MORRISBURG – Will the beautiful Elizabeth Robertson find love with the aristocratic Captain Johnson, or choose instead the poor Irish immigrant, Edward O’Brien?
Will her wealthy father and the ordinary people of Upper Canada, faced with the threat of Fenian Raids, and an aggressive American government, ultimately decide to embrace a radical new idea – Confederation?
For visitors to Upper Canada Village this summer, an exciting and unique experience awaits.
Eve of Confederation, an original and immersive theatre production, written specifically for the Village, is currently running every Saturday evening, throughout the summer. The actual buildings and streets of the Village provide the settings for this production, as a troupe of versatile and talented actors bring the turbulent world of 1866 to vibrant life.
“This is a play about choices,” said Mr. Elias Cook of Cook’s Tavern, welcoming the large audience gathered for the Saturday, July 8, production. “It’s a play about choosing your partners, and a play about choosing whether to create a nation. And all around us, we have the most incredible stage, as you enter into a living, breathing community of 1866.”
Eve of Confederation is an original script developed by Charles Roberston of Bottle Tree Productions out of Kingston. The author of a number of plays with historical themes, Robertson used diaries, pamphlets, pictures and newspapers of the day to create his characters and their story. He also directed the cast, rehearsing in the Village.
Robertson’s business partner in Bottle Tree Productions, Anne Marie Mortensen, was the designer for this unique show.
“Upper Canada Village wanted a play specific to the Village itself, and one that would encompass the feelings and events of the year 1866,” Mortensen explained. “The Village gave us full use of their costumes and resources, all of which create a very authentic and genuine experience for audiences as the story plays out.”
While the characters of Mr. and Mrs. Robertson, he a prosperous businessman, she a proper Victorian lady with ambitions to see her daughter “marry up”, are fictional, they are based on research into real people of the late 19th century.
“In creating this play, we could get a little ‘outside’ actual history,” Mortensen explained. “We wanted to create characters and a story that would be both engaging and appealing.”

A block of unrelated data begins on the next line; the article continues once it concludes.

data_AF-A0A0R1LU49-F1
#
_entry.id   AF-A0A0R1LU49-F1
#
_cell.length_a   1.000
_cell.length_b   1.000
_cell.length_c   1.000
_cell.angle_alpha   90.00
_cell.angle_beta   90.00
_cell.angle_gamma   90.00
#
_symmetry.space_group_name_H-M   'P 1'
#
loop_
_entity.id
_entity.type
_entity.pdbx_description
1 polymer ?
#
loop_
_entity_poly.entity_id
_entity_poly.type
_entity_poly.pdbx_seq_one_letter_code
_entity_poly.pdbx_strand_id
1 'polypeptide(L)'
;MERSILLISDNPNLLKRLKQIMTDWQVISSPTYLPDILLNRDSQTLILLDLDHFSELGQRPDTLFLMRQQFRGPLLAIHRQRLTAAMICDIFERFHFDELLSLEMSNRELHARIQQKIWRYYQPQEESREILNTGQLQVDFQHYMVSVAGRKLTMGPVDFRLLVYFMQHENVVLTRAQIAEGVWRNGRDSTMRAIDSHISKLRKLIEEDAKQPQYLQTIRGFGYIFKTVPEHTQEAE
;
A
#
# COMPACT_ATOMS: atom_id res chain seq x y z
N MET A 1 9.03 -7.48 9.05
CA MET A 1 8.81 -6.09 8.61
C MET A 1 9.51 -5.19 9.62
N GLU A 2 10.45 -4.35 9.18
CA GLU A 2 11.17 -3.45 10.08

The action flows from the small Anglican church to the lovely Robertson House, from a dance at the livery yard to confrontations at the sawmill. The audience is swept along.
Martin Forbert and Rachel Kelleher are the wealthy and socially ambitious Robertsons.
Michael Taggart and Emily Flake are the O’Briens, hard-working and honest, but poor. Their late father Paddy, was broken by his wife’s death, and “like a good Irishman, he took to drink,” Paddy’s son says sadly.
Captain Johnson (Erik Hutten), wealthy and cultured, is lately returned from the American Civil War, and is interested in business opportunities. He also seeks marriage into the “right” family.
Elizabeth Robertson (Sue Del-Mei) is a young woman, caught like Canada on the eve of great change. Will she follow convention or will she take a chance with her heart?
Toss a boisterous barmaid (Sydney Van Camp), two mischievous local boys (Adam Vivian and Aiden Coulter) and Julian Whittam and Tom Henbest as the musicians, into this strong cast, and it becomes very clear why the audience found itself eagerly caught up in the lives of the characters.
And throughout the entire play loomed the big, and controversial question of the day.
What choice for Canada’s future would people make, on this, the very Eve of Confederation?
“This production is family friendly, and accessible to all,” said Julian Whittam, programming and historical research at Upper Canada Village. “The story speaks to people, and we get great ad-libs and comments from the audience as they directly experience the events.”
The Village decided to stage Eve of Confederation for two reasons.
“This is Canada 150,” Whittam explained. “We felt the Village was perfectly placed to do something amazing and unusual to celebrate Canada’s Birthday. Secondly, the Village has always done a number of different events along with its regular programs. We had been wanting to experiment with a theatre production for a while, and this was a chance to use our site in a new and accessible way.”
Audience reactions and comments will help determine whether immersive theatre becomes a regular part of the Upper Canada Village experience. At this point, however, feed back is very positive, according to Whittam.
Step back into Canada’s past at the Village, and live again on the Eve of Confederation.